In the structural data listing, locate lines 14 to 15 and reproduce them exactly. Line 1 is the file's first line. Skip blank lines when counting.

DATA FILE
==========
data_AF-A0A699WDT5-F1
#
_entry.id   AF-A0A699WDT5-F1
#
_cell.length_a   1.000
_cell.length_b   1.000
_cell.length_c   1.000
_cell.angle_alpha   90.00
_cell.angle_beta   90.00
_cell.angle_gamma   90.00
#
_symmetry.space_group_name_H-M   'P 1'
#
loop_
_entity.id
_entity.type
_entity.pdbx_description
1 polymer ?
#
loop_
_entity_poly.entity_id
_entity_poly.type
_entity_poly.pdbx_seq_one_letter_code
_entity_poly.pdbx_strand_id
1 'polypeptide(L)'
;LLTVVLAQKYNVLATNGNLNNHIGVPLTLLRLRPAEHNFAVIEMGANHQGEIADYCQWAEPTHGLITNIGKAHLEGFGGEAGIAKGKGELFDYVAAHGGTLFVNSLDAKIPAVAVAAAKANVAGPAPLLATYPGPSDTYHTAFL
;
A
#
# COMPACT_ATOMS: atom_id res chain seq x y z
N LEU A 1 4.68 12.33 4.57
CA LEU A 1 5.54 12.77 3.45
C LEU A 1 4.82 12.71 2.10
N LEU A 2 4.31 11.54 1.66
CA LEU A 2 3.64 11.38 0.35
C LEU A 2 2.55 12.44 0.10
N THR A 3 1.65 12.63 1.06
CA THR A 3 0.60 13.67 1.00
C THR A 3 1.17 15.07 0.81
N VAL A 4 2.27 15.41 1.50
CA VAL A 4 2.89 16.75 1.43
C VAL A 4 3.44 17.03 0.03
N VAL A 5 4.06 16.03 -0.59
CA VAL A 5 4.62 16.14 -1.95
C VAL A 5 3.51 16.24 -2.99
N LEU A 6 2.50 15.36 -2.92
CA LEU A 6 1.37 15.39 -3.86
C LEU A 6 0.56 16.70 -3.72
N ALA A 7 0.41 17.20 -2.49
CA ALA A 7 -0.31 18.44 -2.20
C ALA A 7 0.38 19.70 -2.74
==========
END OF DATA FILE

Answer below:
loop_
_entity.id